Breaking News: H.B. 352 Fixes Ohio’s Broken Employment Discrimination Statute for Employers
For lack of more artful description, Ohio’s employment discrimination law was a mess. It exposed employers to claims for up to six years (the longest such statute of limitations in the country), contained at least three different ways for employees to file age discrimination claims (each with different remedies and filing deadlines), rendered managers and supervisors personally liable for discrimination, and omitted any filing prerequisites with the state civil rights agency.
The start of 2021, however, provides Ohio businesses much needed reform of this previously broken law. Earlier this week, Governor DeWine signed House Bill 352. Among its key reforms, H.B. 352:
- Creates a universal two-year statute of limitations for all employment discrimination claims.
- Requires individuals to file an administrative charge with the Ohio Civil Rights Commission as a prerequisite to filing a lawsuit.
- Unifies the filing of age discrimination claims to the same procedures and remedies as all other protected classes.
- Eliminates individual statutory liability for managers and supervisors.
- Caps noneconomic and punitive damages based on the size of the employer.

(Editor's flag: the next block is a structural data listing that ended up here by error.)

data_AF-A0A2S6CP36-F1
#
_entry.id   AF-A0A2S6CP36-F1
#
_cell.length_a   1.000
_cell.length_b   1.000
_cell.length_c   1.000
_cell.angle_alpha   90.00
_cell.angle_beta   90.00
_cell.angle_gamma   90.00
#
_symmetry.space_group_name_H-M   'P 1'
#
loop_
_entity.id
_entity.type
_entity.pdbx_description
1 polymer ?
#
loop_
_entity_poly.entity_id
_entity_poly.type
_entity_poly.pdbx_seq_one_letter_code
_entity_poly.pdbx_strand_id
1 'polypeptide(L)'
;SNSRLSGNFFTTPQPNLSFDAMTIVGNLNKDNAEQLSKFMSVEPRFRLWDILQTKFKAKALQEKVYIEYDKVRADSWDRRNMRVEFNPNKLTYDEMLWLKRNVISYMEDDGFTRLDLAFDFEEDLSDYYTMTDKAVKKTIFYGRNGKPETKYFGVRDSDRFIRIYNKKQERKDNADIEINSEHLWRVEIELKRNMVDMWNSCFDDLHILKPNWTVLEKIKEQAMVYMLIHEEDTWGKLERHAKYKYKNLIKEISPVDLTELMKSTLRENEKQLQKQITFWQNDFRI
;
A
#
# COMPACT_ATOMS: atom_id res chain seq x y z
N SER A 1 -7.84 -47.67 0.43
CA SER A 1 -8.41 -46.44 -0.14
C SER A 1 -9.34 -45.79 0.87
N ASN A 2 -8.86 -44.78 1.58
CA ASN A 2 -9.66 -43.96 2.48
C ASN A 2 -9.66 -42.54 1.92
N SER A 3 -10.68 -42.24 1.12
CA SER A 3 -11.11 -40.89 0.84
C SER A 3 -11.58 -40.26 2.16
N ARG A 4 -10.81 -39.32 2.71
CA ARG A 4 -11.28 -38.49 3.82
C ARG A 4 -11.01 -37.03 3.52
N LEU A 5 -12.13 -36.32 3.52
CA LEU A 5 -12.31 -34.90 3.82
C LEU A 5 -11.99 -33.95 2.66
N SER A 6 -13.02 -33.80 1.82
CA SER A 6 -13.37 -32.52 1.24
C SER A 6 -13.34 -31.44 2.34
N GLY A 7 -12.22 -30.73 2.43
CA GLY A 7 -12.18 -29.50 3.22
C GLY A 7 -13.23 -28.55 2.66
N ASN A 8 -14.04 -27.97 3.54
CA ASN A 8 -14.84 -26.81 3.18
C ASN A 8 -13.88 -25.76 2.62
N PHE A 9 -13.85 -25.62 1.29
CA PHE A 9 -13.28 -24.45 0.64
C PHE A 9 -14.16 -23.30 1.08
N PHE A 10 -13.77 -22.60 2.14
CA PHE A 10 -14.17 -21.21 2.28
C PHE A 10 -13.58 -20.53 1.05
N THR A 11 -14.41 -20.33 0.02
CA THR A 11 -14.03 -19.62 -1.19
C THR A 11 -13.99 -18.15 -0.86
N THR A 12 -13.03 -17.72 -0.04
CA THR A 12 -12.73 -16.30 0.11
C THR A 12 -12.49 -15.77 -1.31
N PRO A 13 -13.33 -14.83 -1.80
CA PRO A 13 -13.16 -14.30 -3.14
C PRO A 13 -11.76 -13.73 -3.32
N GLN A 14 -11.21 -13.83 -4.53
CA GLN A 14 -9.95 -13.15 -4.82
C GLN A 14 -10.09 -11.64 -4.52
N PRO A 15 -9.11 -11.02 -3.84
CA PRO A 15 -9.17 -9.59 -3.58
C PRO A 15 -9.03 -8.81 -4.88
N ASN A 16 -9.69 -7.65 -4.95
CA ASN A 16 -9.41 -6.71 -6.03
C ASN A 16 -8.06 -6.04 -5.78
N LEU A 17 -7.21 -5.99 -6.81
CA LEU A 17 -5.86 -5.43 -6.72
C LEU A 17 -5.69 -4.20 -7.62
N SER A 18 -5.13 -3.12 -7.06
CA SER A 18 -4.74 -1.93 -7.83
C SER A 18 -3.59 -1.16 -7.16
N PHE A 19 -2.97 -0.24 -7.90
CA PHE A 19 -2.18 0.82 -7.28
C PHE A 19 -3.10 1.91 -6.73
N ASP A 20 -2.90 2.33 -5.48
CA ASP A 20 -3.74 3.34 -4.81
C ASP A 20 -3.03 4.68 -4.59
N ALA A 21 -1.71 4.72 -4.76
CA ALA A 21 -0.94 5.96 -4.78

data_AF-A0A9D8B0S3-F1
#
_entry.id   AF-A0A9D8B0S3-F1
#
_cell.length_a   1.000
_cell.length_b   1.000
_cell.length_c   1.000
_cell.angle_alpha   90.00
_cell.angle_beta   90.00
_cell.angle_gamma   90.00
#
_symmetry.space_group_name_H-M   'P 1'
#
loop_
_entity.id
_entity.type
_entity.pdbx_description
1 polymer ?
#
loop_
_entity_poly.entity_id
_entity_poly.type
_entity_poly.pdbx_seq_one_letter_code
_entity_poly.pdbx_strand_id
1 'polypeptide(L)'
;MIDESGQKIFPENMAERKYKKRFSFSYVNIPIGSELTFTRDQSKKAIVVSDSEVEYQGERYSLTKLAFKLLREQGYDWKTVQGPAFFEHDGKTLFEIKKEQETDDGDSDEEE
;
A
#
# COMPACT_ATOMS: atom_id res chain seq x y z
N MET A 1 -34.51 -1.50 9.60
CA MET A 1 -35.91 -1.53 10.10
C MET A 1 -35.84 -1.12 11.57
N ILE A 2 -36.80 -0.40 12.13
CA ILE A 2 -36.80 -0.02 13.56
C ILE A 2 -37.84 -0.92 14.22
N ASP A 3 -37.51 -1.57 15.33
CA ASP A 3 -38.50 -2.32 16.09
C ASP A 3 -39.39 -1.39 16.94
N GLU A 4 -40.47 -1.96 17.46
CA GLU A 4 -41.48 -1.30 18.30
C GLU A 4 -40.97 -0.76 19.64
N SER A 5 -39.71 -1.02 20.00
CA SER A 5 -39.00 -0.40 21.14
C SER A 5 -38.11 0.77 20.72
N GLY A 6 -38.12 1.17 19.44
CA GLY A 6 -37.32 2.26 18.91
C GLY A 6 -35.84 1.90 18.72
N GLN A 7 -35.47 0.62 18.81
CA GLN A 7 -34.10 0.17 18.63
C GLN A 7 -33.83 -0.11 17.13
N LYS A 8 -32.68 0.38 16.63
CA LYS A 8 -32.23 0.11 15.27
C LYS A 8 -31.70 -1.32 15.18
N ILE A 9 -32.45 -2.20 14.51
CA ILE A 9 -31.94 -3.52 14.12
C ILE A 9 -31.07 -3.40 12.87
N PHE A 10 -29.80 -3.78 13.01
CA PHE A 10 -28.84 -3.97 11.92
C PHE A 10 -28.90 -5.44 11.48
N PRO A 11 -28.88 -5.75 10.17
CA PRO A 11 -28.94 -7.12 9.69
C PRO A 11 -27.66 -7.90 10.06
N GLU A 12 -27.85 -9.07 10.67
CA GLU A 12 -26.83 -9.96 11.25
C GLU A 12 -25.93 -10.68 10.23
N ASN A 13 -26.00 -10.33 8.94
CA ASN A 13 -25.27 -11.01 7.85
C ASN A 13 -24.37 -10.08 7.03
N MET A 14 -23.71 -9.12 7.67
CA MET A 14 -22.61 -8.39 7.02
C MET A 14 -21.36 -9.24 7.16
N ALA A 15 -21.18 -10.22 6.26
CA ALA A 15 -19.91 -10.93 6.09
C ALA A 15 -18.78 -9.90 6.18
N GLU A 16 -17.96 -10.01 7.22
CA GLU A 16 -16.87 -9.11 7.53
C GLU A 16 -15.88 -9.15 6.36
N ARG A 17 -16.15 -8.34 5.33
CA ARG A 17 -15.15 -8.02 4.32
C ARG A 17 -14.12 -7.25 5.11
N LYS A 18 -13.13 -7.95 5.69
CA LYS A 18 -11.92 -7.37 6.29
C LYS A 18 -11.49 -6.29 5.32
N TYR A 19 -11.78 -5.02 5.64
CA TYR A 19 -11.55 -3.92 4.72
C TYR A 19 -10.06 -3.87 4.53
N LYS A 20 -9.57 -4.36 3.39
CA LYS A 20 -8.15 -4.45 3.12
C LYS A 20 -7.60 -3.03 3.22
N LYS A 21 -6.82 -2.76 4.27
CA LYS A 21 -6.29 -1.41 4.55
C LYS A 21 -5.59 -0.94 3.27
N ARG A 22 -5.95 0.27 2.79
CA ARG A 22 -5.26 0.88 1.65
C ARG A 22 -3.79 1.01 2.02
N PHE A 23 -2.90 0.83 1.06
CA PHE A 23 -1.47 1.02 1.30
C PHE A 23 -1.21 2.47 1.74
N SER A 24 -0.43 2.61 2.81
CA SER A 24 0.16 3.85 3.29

- Establishes an affirmative defense to hostile workplace sexual harassment claims that did not result in an adverse, tangible employment action, when 1) the employer exercised reasonable care to prevent or promptly correct the alleged unlawful discriminatory practice or harassing behavior, and 2) the employee failed to take advantage of any preventive or corrective opportunities provided by the employer or to otherwise avoid the alleged harm.
This law fixes a broken system. Ohio’s prior employment discrimination statute was so different from both its federal counterpart and the similar laws of other states that it placed Ohio at a competitive business disadvantage. By paralleling much of the federal employment discrimination statutes, H.B. 352 restores balance and predictability for Ohio employers, while, at the same time, preserving the crucial rights of employees to be free from discrimination in the workplace.
If you have questions about what these important changes mean for your business, or require a review of your anti-harassment and anti-discrimination policies in light of these changes, please contact any Meyers Roman employment lawyer:
Seth Briskin, email@example.com
Jon Hyman, firstname.lastname@example.org
Lester Armstrong, email@example.com